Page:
If you’re looking for big game sightings in a malaria-free area, head to Addo Elephant National Park. You’ll discover far more than you expect. By Scott Ramsay
Lions were reintroduced into Addo from the Kgalagadi, after being exterminated over a hundred years ago. Although it’s difficult to see them in the main game viewing area where most of the public visit, the private River Bend Lodge concession has three resident lions – two brothers and a sister – that are often seen and are habituated to the game viewing vehicles, making for predictably good photography. When I photographed them, we were no more than 10m away from the lions.
After two centuries of hunting, Addo’s elephants were reduced to just a handful when the park was proclaimed in 1931. Because all the big tuskers had been shot, very few of Addo’s elephants had tusks at all, and most of the cows had no tusks. The park then introduced several bulls from Kruger National Park, and today their offspring are showing signs of bigger tusks.
I was fortunate to be taken by Addo’s marine rangers to Bird Island, which is a small marine protected area offshore of the park’s coastal Woody Cape section. It couldn’t be more different to the traditional Addo scenery! The island is about 8km out to sea, and there are about 150,000 Cape gannets nesting and breeding on the island. It’s the largest colony of this species in the world, and one of just a few left, making it a critical conservation area for this endangered species. The noise of the squawking birds is deafening, and they sound like out-of-tune geese, yet they are actually very beautiful birds, as well as incredibly tough; they can fly for thousands of kilometres in search of food, then dive up to 10m deep to pluck fish out the sea.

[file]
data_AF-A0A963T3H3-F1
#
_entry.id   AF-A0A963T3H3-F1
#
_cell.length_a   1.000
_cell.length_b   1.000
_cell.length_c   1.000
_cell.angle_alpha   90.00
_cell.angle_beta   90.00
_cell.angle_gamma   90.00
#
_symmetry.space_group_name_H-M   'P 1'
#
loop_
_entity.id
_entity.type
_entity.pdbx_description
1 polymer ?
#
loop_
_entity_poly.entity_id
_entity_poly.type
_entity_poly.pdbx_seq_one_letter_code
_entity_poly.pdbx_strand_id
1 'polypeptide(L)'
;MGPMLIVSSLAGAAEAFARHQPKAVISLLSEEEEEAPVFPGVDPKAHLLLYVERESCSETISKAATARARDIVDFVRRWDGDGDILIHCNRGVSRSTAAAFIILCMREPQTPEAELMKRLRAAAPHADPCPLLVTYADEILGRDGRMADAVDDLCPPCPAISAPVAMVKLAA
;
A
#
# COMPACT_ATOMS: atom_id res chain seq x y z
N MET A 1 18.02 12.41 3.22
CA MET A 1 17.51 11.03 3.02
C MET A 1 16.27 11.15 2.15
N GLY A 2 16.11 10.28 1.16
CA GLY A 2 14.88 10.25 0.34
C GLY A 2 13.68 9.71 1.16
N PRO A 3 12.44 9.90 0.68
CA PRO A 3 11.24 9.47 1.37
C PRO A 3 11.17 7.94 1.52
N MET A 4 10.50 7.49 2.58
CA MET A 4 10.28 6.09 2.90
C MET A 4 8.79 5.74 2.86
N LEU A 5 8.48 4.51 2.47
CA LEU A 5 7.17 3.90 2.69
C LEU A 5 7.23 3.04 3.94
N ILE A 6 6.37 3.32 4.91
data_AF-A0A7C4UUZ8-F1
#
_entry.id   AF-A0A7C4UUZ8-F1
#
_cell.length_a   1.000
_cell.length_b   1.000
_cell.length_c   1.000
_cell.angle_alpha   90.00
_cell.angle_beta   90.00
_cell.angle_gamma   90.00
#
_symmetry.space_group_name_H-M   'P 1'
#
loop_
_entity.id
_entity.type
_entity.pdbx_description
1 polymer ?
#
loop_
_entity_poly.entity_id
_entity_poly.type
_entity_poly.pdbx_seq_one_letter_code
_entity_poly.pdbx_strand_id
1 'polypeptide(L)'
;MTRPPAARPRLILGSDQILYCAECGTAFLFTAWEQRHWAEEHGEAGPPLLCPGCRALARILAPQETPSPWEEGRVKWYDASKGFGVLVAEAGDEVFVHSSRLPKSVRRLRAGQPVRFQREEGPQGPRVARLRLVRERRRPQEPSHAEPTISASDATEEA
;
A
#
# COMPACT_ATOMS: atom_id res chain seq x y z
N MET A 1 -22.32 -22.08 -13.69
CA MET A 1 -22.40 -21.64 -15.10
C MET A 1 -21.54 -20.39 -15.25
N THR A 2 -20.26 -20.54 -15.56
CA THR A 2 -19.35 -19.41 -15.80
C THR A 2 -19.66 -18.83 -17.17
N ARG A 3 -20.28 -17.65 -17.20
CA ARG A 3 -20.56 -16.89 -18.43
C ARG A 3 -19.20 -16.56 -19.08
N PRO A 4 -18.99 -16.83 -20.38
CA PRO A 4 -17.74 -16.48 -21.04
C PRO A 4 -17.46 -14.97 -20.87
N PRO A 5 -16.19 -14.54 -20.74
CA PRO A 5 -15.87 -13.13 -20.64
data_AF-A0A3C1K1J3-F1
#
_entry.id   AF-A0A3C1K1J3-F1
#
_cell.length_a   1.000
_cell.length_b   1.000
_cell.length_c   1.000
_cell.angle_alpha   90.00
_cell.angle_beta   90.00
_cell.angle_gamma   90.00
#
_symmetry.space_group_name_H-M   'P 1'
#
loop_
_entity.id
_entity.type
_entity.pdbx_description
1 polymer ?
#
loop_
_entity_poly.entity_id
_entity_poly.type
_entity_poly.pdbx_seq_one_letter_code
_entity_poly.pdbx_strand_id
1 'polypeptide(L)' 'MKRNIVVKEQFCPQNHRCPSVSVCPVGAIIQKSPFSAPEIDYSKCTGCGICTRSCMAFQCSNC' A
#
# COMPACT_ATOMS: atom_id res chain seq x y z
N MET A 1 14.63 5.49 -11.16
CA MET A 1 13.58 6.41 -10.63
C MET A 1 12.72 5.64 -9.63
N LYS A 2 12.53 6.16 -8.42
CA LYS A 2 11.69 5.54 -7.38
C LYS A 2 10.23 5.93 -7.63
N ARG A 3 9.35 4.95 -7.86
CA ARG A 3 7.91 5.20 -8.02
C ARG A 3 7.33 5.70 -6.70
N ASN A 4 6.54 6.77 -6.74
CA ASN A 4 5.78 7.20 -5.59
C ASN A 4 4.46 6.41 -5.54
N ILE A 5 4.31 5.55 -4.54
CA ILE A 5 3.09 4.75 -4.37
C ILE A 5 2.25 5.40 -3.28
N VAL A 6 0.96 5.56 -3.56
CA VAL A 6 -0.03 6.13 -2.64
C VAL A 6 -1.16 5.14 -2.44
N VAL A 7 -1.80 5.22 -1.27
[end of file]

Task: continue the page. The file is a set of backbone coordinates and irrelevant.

The largest African penguin colony in the region is at nearby St Croix island, Bird Island is also home to a few of these endangered birds. It’s depressing to think that these harmless creatures are on the edge of extinction, purely because of man’s overfishing and destruction of the penguin’s habitat. And it’s why places like Addo – and marine protected areas – are so critical.
The Gorah Loop road in the north-east of the main section of Addo has a lot of open grassland, making it a great area to see grazers like Cape buffalo. I watched a herd of about a hundred buffalo cross the plain slowly, coming towards me. A cohort of cattle egrets were prancing in between the buffalo’s footsteps, gobbling up any insects that were disturbed. Addo’s buffalo are some of the last disease free buffalos in the wild in Africa.
Scott Ramsay is the creative force behind a Year in the Wild, a year-long journey to South Africa’s wildest places.